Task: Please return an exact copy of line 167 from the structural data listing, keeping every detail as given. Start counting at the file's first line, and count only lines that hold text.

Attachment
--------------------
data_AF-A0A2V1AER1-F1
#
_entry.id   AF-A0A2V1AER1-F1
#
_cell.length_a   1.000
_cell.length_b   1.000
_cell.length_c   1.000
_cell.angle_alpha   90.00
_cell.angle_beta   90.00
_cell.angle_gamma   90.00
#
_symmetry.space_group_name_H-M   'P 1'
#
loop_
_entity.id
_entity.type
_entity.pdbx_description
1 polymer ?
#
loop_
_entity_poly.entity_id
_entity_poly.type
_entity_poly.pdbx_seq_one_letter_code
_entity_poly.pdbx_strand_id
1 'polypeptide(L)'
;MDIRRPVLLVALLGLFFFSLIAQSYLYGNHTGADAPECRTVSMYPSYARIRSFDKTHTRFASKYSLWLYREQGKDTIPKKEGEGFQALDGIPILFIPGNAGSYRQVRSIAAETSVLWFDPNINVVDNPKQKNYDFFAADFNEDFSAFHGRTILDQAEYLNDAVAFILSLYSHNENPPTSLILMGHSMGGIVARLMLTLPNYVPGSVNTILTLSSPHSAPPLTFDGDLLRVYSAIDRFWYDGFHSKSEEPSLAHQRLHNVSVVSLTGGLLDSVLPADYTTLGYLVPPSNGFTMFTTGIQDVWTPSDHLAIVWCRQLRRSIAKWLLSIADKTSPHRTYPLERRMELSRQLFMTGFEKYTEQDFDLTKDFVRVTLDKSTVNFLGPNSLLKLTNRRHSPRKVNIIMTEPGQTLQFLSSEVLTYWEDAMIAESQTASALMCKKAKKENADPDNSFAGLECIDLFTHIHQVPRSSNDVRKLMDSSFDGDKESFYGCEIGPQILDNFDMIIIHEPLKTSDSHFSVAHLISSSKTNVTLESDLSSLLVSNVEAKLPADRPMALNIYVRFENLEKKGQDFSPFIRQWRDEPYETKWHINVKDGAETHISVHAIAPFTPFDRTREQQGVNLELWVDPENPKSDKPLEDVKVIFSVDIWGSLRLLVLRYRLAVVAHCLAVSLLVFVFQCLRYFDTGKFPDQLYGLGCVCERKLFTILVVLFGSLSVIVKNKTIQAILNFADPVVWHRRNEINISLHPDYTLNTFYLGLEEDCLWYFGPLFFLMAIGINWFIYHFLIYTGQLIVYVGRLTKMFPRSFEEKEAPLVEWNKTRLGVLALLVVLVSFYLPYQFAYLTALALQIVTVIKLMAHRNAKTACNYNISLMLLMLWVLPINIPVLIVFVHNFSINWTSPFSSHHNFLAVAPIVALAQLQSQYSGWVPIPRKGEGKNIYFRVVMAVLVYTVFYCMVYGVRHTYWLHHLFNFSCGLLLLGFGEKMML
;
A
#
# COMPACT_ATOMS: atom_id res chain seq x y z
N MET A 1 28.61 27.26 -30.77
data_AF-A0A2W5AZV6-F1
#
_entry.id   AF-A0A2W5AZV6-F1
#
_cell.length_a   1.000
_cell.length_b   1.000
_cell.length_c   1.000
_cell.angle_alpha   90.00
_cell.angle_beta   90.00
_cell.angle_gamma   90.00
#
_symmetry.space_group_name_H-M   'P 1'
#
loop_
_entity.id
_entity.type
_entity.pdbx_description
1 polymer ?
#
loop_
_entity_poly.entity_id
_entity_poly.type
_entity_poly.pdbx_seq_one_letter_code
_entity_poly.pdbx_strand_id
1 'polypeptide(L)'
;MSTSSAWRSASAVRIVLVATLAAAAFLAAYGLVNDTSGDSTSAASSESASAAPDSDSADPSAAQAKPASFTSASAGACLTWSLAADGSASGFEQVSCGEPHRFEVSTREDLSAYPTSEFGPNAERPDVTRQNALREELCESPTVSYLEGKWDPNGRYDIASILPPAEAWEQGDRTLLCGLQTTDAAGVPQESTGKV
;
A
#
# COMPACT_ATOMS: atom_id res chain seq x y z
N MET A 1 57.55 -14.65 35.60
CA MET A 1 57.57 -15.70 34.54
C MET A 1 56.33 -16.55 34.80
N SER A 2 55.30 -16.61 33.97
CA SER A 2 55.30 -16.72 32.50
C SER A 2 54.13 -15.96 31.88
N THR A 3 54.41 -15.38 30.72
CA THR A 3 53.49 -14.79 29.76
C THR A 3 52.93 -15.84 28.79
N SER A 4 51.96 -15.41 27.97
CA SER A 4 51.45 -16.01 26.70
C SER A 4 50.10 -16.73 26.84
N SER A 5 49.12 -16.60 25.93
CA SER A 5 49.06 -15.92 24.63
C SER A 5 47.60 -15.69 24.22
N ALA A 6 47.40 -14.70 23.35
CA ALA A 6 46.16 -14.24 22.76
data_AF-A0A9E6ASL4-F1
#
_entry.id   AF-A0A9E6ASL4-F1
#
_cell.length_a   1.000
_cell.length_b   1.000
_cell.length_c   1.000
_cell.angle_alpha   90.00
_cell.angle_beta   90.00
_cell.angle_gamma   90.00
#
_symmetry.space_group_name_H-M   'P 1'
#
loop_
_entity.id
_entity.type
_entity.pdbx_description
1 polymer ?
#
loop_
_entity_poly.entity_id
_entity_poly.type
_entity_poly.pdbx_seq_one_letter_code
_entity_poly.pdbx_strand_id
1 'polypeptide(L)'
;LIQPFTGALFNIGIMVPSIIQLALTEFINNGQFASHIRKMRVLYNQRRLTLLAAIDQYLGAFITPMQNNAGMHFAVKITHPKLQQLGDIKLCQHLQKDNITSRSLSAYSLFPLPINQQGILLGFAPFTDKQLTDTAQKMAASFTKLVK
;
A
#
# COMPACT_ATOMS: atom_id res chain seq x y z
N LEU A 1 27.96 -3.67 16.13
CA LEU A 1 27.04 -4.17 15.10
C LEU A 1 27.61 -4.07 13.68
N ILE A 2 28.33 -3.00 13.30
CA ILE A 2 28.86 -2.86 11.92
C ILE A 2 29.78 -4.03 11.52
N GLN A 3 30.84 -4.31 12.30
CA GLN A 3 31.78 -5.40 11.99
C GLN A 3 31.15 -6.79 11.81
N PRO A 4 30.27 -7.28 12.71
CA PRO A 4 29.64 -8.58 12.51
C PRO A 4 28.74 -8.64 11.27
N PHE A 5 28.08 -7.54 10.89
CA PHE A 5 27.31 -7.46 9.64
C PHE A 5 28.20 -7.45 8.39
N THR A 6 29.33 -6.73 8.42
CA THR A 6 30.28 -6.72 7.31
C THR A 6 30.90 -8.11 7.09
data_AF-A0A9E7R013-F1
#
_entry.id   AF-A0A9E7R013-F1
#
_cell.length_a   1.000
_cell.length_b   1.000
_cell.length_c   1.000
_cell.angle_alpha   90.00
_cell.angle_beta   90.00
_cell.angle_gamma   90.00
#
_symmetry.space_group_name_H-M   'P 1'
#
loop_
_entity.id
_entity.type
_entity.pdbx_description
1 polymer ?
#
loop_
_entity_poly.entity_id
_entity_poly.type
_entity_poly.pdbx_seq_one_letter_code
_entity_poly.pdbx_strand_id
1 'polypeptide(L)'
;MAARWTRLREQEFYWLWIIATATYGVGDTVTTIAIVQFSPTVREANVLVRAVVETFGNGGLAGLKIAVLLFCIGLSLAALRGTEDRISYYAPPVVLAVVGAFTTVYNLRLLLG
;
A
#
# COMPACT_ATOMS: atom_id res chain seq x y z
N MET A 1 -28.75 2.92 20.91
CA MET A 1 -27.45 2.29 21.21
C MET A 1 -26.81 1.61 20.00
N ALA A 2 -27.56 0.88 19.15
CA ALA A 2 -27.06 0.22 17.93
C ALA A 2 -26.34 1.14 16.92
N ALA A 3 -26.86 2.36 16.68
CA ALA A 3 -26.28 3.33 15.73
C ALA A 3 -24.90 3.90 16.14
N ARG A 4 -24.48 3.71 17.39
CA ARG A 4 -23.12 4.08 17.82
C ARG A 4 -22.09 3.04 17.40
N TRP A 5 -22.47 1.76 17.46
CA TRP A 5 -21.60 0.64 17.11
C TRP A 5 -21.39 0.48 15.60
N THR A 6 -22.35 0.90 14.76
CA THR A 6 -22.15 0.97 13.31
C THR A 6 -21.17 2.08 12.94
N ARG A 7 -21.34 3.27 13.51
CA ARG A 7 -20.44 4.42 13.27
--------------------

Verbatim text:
CA ARG A 4 -23.12 4.08 17.82